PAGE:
The other languages to be included in the latest expansion are Afaan Oromo, Amharic, Gujarati, Korean, Marathi, Punjabi, Telugu, and Tigrinya. The new output will target younger people and women in particular.
BBC World service also has other services planned which include more than 30 new TV programmes across Africa, more regional programming from BBC Arabic and a video offer in 40 languages including English.
The BBC said the programme, which also includes an expansion of Russian, African and Arabic services as well as a new digital channel in Thailand, would bring “independent journalism to millions around the world including in places where media freedom is under threat”.
The plans, financed by a £289m funding boost from the UK government in 2015, is designed to boost Britain’s place in the world.
With this historic expansion, the BBC proposes to double the number of people who can access BBC services around the world to 500 million by 2022, when the World Service will be 100 years old.
The BBC’s plans, which focus on its links to “democracy and the free press”, come after state-sponsored rivals such as Qatar’s Al Jazeera, China’s CCTV and Russia’s RT have expanded n the UK.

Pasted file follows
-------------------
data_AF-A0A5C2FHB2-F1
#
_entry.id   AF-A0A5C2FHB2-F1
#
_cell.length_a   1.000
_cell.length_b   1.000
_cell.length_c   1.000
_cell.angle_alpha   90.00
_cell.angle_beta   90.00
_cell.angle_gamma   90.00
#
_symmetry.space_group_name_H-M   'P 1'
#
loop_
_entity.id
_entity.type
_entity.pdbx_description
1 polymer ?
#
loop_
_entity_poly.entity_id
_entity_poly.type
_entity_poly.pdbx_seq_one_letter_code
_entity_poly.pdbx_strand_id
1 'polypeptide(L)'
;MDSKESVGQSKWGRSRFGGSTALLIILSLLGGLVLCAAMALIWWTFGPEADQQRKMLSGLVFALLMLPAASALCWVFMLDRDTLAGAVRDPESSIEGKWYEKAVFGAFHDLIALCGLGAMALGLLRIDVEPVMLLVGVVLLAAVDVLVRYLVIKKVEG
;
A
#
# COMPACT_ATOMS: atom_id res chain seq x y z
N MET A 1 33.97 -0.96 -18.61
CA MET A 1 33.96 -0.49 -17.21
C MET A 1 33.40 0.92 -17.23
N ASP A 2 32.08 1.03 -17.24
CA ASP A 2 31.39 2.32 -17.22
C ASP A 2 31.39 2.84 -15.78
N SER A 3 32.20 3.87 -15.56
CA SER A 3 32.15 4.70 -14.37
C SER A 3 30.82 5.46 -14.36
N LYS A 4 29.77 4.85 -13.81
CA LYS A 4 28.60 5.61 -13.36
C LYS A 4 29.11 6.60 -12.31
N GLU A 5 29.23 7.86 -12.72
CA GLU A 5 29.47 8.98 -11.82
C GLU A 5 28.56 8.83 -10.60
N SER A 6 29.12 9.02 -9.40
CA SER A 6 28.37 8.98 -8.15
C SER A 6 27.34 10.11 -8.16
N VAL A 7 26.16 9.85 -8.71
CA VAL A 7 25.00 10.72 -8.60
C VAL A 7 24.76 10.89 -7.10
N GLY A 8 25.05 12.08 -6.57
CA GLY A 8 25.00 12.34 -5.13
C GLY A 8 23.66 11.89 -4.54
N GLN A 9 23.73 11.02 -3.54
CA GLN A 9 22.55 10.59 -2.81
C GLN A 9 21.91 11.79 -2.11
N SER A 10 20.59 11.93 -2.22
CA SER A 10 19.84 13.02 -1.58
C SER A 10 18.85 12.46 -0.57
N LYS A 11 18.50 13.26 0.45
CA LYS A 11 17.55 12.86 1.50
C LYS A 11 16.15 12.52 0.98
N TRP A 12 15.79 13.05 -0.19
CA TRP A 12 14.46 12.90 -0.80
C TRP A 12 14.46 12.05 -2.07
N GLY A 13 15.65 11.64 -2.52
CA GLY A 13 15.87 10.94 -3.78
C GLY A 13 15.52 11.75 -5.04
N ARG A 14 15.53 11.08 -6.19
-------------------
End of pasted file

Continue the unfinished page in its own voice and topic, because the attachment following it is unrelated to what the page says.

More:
For countries such as North Korea and Russia, fears have been expressed that the BBC’s plans may likely cause controversy with the ruling power who may not welcome the BBC’s offer of “independent journalism”.
Some diplomats have argued that the BBC’s plans to compete against Kim Jong-un’s state-sponsored media for North Korea’s 25 million people will cause tension. A number of foreign broadcasters already target the country, including South Korea’s KBS and the US-funded Voice of America and Radio Free Asia.
The proposed plans will lead to extended news bulletins and a relaunched website in Russian, as well as daily radio programmes aimed at audiences in the Korean peninsula. Much more online content on social media will also be produced.